Is hosting a Super Bowl a Curse?
When I think of curses in the sports world, a few come to mind:
The Curse of the Bambino; the “Selling” of Babe Ruth to the Yankees resulting in an 86 year non-championship slide for the Boston Red Sox, while the Yankees went on to win 26 of them during the drought.
The Par 3 curse; The Masters at Augusta begins with an annual 3-par competition. No winner of the informal tournament has gone on to win the main tournament in the same year.
The Bobby Lane curse; in 1958 the Detroit Lions traded Lane to the Pittsburgh Steelers. He was outraged by the trade and went on to say the Lions “Would not win for 50 years”. During those 50 years the Lions accumulated the lowest winning percentage of any team in the NFL, posting a 1-9 playoff record and on the 50th year, the Lions recorded the NFL’s lone Zero-win season.
And of course, the Madden Curse; since 1999 the Madden NFL video games have featured an NFL player on the front cover. Most of those players have tended to suffer setbacks, injuries, or bad seasons immediately after appearing on the cover.
This morning, a good friend of mine asked me about another curse in the NFL, one that I’ve never heard of, and have never really thought of until now. He is a Colts fan and his statement to me was “Don’t you think there is some sort of curse on NFL cities that host the Super Bowl?” I responded with “Just because the Colts had a bad year doesn’t mean it’s cursed!” But I got to thinking, maybe he is right. So I went to my bible (www.pro-football-reference.com) and did some research on cities that hosted the game, and how the teams associated with the city panned out that year. I didn’t go by team stadium, because early on in Super Bowl history, there were times the game was played in a stadium that an NFL franchise didn’t play in.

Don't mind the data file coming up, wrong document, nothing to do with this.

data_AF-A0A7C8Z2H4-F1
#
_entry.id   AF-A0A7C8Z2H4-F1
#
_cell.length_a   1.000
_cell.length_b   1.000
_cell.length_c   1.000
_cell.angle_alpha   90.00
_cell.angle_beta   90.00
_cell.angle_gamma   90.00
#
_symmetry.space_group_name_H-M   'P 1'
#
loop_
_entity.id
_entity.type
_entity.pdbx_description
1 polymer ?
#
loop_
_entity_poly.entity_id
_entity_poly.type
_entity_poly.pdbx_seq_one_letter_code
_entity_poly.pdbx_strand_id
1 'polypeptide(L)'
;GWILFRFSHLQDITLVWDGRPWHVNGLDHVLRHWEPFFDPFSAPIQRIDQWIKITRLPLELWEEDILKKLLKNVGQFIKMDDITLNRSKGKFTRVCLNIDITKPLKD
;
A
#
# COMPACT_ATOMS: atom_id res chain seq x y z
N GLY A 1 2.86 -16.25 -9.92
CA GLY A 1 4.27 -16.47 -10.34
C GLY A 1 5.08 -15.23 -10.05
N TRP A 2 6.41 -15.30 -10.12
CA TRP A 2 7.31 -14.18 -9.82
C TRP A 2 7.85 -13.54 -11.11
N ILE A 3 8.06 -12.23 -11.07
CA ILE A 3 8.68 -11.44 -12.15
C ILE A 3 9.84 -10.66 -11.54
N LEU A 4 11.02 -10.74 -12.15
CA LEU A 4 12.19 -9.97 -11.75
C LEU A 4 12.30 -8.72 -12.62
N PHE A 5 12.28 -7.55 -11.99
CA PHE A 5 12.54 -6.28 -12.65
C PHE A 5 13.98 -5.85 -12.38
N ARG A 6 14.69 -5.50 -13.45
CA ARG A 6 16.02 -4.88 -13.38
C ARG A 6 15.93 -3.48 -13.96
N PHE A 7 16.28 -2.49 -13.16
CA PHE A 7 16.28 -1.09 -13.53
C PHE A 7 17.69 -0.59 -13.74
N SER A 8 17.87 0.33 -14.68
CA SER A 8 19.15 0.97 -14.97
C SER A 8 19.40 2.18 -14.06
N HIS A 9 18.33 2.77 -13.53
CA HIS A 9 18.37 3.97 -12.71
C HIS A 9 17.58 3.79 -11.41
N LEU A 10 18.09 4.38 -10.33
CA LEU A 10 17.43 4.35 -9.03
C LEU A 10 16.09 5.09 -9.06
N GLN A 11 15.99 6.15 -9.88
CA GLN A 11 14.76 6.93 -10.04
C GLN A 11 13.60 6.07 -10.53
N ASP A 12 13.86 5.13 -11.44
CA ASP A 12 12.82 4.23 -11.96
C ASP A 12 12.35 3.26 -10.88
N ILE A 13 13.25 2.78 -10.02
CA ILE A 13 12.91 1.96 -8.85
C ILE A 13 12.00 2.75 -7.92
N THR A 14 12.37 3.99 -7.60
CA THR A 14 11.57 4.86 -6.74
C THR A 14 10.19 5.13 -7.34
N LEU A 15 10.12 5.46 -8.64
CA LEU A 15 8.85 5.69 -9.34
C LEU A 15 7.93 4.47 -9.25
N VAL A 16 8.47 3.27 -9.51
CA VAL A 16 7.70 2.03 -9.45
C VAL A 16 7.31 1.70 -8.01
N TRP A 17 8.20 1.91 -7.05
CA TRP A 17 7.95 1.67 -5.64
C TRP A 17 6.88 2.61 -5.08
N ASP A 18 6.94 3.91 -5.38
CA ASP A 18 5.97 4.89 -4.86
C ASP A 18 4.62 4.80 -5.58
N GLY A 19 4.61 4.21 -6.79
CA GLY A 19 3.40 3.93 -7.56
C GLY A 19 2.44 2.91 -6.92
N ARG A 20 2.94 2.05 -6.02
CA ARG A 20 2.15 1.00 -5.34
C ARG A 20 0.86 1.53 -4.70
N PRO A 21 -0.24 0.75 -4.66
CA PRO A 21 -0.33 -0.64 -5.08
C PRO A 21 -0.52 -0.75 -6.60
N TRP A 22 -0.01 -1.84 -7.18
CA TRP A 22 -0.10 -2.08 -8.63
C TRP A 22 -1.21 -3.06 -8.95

I was shocked to see that only eleven of 49 teams made the playoffs (49 because the Rams and Raiders played in Los Angeles when the Super Bowl was played nearby) and of those eleven teams only five of them won their respective divisions. Six out of eleven entered the playoffs as wildcards, and 30 of the 49 have ended the season with losing records. So knowing that in NFL history, no team whose city hosts the game has played in the Super Bowl, the research shows that roughly only one out of five teams even make the playoffs the year they host it.
Take into account that out of 46 Super Bowls, ten of them have been played in the Miami area, ten of them have been played in New Orleans and seven have been played in the Tampa Bay area. So, the Dolphins, Saints and Buccaneers have all had 27 combined chances of playing in the Super Bowl in their cities, yet have failed to do so. The two most recent cities have been teams that have definitely had chances to go, with the Cowboys hosting the big game in the Palace of Jerry; they finished their season 6-10 and could only dream of playing in it. The Colts entered the season, like every other, as a team that had very good chances of playing, but as fate has it, star QB and future Hall of Famer Peyton Manning was unable to play all year and the Colts ended up with a 2-14 record, the second worst record of Super-Bowl-Hosting history. Only the 1973 Houston Oilers had a worse record (1-13) when its city hosted.
So is having your city host the big game a curse, or just coincidence? This we know, the next three Super Bowls are being hosted by the Saints, Jets/Giants and Cardinals. We’ll see how it all plays out!
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